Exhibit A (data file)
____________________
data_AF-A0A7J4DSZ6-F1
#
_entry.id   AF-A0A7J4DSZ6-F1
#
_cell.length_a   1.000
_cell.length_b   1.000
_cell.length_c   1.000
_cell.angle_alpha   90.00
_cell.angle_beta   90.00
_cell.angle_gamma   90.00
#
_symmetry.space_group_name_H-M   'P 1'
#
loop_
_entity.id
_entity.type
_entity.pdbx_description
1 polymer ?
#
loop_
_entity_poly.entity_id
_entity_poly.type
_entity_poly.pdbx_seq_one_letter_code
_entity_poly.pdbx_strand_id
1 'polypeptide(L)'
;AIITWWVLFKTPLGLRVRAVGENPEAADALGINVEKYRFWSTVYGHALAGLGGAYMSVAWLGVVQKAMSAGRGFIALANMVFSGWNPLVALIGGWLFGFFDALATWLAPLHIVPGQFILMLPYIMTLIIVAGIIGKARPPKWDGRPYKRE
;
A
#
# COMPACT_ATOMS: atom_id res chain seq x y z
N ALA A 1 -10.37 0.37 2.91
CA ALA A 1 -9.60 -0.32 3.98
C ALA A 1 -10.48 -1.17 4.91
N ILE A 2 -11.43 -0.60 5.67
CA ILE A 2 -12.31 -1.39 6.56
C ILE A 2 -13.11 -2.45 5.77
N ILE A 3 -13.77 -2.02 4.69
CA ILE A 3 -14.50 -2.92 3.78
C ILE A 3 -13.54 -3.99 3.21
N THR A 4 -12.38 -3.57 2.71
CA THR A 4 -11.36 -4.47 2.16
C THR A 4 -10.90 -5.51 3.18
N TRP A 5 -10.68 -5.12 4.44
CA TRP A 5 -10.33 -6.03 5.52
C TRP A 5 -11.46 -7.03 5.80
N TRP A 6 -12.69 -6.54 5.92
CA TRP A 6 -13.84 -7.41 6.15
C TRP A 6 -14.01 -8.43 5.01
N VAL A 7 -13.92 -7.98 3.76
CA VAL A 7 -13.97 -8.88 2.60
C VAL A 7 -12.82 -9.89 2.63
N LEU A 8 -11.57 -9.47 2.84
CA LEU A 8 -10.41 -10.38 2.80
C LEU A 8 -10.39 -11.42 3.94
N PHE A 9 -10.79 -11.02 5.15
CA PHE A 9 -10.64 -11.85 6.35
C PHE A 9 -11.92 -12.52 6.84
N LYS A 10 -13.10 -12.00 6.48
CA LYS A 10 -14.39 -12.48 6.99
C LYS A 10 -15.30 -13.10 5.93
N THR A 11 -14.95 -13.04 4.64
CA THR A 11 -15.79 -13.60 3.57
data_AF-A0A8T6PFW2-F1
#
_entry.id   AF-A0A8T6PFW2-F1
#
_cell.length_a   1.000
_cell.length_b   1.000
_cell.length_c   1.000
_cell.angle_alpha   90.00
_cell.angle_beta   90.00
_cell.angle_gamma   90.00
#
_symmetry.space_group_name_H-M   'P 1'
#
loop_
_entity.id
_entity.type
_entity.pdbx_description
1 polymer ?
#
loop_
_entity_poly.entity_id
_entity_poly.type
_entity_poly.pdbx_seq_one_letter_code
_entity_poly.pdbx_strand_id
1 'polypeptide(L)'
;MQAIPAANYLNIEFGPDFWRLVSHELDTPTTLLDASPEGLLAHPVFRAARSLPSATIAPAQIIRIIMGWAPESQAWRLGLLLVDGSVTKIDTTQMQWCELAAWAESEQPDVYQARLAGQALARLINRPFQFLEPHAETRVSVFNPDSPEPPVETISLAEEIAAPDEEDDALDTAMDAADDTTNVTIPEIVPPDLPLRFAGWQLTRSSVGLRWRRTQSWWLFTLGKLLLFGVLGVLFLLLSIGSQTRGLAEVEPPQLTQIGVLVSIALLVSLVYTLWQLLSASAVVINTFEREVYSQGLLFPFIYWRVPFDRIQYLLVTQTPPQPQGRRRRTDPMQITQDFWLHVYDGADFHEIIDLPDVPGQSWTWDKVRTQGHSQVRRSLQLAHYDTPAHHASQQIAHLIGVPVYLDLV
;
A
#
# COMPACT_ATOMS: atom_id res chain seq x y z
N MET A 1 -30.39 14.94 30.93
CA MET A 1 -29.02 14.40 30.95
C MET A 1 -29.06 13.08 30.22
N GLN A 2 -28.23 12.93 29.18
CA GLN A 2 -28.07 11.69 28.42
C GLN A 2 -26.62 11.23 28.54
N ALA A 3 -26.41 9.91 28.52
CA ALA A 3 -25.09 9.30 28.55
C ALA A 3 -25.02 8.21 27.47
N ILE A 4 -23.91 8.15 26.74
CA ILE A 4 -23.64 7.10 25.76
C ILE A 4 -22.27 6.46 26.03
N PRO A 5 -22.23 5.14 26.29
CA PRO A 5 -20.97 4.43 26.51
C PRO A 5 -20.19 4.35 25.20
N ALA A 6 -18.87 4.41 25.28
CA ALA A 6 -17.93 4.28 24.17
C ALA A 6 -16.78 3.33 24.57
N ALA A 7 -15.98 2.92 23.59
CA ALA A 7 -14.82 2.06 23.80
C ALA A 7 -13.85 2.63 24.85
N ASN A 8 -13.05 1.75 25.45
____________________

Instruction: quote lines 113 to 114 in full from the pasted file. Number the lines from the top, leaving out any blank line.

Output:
C ALA A 7 -13.85 2.63 24.85
N ASN A 8 -13.05 1.75 25.45